Tianjin, China (AFP) Oct 7, 2010
China has seized on its hosting of UN climate talks this week to showcase its efforts to curb carbon emissions, and environmentalists say the top greenhouse gas polluter is making huge progress.
China's phenomenal economic growth has made it the biggest source of greenhouse gases blamed for global warming, and those emissions will continue to soar due to its dependence on carbon-belching coal.
But amid US-led pressure to do more, China has outlined an array of measures to curb emissions that environmentalists say helps its bargaining position in United Nations negotiations on a global warming treaty.
And while China was blamed by some rich nations for the failure of a climate summit in Copenhagen last year, few are developing clean energies as aggressively, say experts at the week-long talks in the city of Tianjin.
"The Chinese are out of the starting blocks and the United States is still taking off its sweatsuit," said Jake Schmidt, global climate policy director for the US-based Natural Resources Defense Council.
China says in the past five years it has phased out obsolete and inefficient power plants equal to the power capacity of Britain.
It last year invested a world-leading 34.6 billion dollars in clean energy initiatives -- 30 percent of the global total and nearly double US spending.
The government has said another 738 billion dollars will be spent in the next decade.
Its ambitious renewable energy goals, backed with both incentives and mandatory targets, saw China become the leading manufacturer of wind turbines last year.
It became number three in the world in installed wind power capacity and is expected to pass the United States and Germany to take the top spot in 2010.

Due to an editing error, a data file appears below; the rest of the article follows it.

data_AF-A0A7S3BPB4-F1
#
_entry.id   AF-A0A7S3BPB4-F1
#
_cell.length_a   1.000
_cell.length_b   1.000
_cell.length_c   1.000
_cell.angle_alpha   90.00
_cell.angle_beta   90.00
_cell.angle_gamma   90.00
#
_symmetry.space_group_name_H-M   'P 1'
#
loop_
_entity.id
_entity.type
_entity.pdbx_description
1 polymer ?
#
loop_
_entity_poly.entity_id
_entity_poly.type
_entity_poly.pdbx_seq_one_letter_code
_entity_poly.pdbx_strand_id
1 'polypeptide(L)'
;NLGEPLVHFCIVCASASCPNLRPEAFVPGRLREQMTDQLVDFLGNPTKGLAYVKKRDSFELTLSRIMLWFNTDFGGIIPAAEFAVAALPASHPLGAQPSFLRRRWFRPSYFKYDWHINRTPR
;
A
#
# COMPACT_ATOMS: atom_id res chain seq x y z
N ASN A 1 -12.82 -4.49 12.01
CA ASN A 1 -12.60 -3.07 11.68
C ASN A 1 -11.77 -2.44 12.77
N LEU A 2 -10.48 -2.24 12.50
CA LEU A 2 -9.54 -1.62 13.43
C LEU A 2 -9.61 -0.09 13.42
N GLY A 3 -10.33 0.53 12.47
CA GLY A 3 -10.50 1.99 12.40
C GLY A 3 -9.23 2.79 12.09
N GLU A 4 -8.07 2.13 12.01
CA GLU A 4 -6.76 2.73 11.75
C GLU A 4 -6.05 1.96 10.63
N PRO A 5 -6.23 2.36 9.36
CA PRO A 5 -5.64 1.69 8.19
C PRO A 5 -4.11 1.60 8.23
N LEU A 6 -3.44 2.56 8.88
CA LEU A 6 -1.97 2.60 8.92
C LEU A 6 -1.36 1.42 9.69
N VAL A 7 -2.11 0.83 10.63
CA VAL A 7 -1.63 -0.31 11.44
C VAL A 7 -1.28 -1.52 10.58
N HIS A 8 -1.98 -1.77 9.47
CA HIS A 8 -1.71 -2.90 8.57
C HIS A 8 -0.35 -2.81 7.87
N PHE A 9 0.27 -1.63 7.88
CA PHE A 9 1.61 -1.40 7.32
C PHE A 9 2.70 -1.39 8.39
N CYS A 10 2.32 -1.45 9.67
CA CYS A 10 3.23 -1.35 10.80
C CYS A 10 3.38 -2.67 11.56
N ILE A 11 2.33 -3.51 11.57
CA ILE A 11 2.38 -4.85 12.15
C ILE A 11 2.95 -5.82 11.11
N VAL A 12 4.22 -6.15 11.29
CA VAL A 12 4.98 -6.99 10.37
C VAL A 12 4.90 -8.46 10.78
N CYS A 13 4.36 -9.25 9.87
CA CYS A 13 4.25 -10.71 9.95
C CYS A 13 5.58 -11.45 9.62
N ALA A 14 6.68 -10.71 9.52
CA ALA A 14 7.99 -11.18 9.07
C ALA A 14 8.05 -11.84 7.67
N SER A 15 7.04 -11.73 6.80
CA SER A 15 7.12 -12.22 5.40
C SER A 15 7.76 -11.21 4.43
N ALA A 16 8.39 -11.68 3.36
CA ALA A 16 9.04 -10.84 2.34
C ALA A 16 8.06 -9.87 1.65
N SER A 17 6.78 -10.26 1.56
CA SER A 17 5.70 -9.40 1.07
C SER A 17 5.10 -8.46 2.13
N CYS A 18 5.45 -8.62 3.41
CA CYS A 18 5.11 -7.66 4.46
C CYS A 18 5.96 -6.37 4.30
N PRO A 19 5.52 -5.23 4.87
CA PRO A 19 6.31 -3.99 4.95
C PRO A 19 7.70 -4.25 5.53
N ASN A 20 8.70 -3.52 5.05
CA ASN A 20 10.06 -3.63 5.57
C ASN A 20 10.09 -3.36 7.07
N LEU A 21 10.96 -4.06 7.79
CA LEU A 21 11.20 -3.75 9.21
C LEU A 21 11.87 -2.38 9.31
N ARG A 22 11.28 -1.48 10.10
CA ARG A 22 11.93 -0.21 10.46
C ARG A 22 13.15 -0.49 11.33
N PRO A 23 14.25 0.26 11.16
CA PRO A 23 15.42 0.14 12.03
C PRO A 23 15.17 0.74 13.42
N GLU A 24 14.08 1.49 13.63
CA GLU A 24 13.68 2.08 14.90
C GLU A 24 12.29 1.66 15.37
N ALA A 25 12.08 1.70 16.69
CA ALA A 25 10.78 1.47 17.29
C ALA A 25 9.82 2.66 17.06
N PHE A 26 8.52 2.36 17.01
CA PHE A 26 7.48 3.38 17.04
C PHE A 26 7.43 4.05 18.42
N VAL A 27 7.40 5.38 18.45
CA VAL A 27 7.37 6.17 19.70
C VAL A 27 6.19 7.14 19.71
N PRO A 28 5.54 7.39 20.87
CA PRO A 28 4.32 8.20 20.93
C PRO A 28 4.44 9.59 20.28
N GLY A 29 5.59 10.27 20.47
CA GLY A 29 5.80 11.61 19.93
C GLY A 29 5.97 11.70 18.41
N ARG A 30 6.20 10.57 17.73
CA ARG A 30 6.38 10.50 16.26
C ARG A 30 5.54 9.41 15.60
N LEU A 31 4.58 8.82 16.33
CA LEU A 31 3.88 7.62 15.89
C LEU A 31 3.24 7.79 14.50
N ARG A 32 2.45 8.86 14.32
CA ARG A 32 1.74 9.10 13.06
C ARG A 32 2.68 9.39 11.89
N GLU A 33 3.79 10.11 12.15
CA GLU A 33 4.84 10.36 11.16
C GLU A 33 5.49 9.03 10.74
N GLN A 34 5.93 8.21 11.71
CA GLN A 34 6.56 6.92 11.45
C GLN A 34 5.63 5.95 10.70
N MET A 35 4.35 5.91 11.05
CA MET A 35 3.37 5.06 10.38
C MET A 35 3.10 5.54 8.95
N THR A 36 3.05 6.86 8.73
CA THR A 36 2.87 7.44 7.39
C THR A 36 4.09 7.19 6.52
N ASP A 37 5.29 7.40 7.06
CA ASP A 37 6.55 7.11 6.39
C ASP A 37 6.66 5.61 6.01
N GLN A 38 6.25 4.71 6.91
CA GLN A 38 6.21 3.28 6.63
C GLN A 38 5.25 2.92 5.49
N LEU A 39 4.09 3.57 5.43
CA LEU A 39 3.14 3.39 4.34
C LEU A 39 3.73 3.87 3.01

China also is on course to become a world leader in several other areas such as carbon capture.
On the macro-level, China has set a 2020 target to reduce carbon emissions per unit of gross domestic product -- or carbon intensity -- by 40-45 percent from 2005 levels.
China has held a series of press events in Tianjin to highlight its clean energy efforts, the latest salvo in its decades-long dispute with rich nations in which each side insists the other should do more to fight global warming.
"Our efforts have been tremendous and so have the achievements," China's top climate official Xie Zhenhua told reporters in Tianjin on Monday.
If China can hit its target of improving its energy efficiency this year, it would have avoided emitting about 4.3 billion tonnes of carbon dioxide from 2006-2010, according to the US-based Lawrence Berkeley National Laboratory.
China's 2007 emissions were 6.5 billion tonnes.
The Tianjin event is a prelude to a UN summit starting next month in Mexico, where countries will again try to make progress on forging a global climate change treaty.
Yang Ailun, climate and energy campaigner for Greenpeace China, said Beijing's clean energy efforts had given it a stronger hand in the negotiations.
"China has been doing a lot at home and this has given them more leverage, especially when the United States seems to be backtracking. China is in a rather comfortable position right now," she said.
China's clean energy policies however still attract criticism because its emissions will continue to rise for years as its expanding economy gobbles up energy, 70 percent of which comes from coal.
The United States and other developing nations also remain frustrated over China's refusal to commit through the UN process to emission reduction targets.
Nevertheless, merely continuing with the measures of the past five years would reduce China's carbon intensity 37 percent by 2020, said Barbara Finamore, the NRDC's China director.
She said Beijing was expected to announce further aggressive steps for the next five years in 2011.
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Berlin (UPI) Oct 6, 2010
Worldwide pledges to reduce greenhouse gas emissions are falling far short of what's needed to avoid catastrophic climate change, environmental group WWF warned Wednesday, urging negotiators meeting in China to reverse that trend. Under current policy settings, emissions could be "up to nearly one-third more in 2020 than the trend needed to avoid" dangerous climate change, WWF said in a ... read more
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